At the moment I'm leaning toward something like the salomon short kart (a mid length short ski) with proper release bindings. They'd store in the van easily enough and theoretically we'd get back into the swing of things quicker than on regular skis. If we don't get on with them (or get laughed at too much) we'll sell them and go back to renting again.
 
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Stroppy Bird
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If you do get some make sure they have good ski type bindings.
Yep - I had spotted that they are available with full release or non release. Both myself and the OH are prone to moments of supreme biffness so full release all the way!

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haganap

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I'm an oldbie MH number 10
I have short skis and blades and a snow board and "real skis" I use the blades all the time now on piste off piste moguls ice you name it. ..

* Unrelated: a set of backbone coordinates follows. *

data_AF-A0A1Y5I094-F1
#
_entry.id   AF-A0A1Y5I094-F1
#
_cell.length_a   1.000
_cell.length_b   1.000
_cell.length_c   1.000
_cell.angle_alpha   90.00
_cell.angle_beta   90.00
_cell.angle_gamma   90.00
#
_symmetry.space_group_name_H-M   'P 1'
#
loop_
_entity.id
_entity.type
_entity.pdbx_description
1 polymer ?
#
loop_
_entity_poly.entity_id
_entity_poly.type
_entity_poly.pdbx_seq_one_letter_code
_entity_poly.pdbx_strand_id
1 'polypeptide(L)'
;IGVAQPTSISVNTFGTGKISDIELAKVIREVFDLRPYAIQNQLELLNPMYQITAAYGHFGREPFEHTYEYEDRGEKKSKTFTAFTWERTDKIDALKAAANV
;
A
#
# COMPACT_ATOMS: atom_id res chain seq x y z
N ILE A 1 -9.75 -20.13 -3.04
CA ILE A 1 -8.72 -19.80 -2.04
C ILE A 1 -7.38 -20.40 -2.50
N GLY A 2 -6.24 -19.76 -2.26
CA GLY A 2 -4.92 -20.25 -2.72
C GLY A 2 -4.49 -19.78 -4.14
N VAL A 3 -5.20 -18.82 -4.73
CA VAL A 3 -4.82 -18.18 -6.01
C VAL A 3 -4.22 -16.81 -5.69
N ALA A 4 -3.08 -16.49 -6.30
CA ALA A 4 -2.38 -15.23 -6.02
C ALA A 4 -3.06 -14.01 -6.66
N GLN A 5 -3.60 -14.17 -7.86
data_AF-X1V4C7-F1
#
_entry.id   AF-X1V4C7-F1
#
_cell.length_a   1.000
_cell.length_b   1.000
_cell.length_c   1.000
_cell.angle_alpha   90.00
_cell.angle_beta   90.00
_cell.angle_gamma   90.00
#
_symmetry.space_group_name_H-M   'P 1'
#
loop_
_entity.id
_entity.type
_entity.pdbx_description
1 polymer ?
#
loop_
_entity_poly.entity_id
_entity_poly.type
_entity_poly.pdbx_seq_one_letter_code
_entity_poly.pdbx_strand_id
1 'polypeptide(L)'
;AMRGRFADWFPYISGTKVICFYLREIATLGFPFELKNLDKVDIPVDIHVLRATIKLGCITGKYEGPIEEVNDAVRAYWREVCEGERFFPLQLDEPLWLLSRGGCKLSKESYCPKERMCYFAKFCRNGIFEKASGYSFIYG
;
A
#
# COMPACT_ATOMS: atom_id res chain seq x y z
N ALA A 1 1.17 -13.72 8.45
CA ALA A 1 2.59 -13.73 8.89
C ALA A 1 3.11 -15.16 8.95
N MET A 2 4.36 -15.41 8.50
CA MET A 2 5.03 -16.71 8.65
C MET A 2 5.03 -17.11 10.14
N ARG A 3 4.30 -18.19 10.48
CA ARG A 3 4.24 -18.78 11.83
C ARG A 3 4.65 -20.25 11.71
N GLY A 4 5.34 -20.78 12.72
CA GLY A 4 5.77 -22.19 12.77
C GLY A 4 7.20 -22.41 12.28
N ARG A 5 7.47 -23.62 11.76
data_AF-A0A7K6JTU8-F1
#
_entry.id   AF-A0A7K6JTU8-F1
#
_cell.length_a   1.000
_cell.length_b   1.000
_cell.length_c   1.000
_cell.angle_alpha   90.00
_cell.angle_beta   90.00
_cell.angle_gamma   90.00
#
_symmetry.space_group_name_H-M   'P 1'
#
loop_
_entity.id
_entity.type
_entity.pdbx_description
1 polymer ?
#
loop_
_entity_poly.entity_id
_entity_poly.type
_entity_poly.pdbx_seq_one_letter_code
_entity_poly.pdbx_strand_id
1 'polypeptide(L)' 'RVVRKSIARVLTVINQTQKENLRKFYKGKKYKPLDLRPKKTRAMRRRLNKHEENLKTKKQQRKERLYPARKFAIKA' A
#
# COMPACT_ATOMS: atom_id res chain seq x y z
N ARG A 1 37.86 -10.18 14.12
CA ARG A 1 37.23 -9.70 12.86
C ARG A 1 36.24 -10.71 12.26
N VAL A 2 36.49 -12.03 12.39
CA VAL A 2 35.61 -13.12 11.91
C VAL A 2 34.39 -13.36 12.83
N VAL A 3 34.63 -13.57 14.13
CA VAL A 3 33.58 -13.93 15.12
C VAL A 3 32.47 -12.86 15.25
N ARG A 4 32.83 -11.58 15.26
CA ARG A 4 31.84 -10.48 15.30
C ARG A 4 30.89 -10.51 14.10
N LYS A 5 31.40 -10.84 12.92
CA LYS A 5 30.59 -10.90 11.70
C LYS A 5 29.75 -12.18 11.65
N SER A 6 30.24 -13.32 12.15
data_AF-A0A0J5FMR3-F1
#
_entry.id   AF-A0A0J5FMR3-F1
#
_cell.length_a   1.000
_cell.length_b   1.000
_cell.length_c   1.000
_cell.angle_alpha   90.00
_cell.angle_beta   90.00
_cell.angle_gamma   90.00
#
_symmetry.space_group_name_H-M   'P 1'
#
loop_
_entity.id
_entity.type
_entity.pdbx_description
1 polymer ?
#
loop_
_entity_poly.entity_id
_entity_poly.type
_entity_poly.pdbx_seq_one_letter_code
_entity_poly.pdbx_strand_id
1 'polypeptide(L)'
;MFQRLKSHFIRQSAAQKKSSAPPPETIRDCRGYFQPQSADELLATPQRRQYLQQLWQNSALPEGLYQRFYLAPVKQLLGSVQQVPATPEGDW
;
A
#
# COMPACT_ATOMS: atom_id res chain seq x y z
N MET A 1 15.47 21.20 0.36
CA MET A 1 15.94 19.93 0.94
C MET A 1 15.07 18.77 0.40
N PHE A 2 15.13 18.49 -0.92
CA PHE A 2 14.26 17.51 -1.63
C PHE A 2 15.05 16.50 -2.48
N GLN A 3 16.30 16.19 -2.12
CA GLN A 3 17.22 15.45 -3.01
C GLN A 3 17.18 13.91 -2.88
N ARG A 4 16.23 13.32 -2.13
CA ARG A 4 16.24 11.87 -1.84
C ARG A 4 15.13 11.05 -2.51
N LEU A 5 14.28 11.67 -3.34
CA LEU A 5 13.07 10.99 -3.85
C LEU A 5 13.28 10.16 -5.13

This is because mine are very wide even though 99cm long.

There is literally nothing I can not do on them that i couldn't on ski's.

Its not a shame to use them...i prefer them and only the ski v blade v snowboard v what look cool will say anything about it and in to old and ugly to care (ok I ain't old)

Btw I use them with non release bindings they are fixed proper in and I've had loads of crashes even on high speed blacks with little or no damage although I did have a nasty winding after landing on my back over a jump ...
 
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Stroppy Bird
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Thanks haganap - good to have the opinion of someone who regularly uses them. I think I'd probably stick with release bindings simply because of our level of skiing (read that as clumsiness!!!)

Out of interest do you use poles with your blades or short skis? For what they cost and room they take up I'll probably just get some anyway.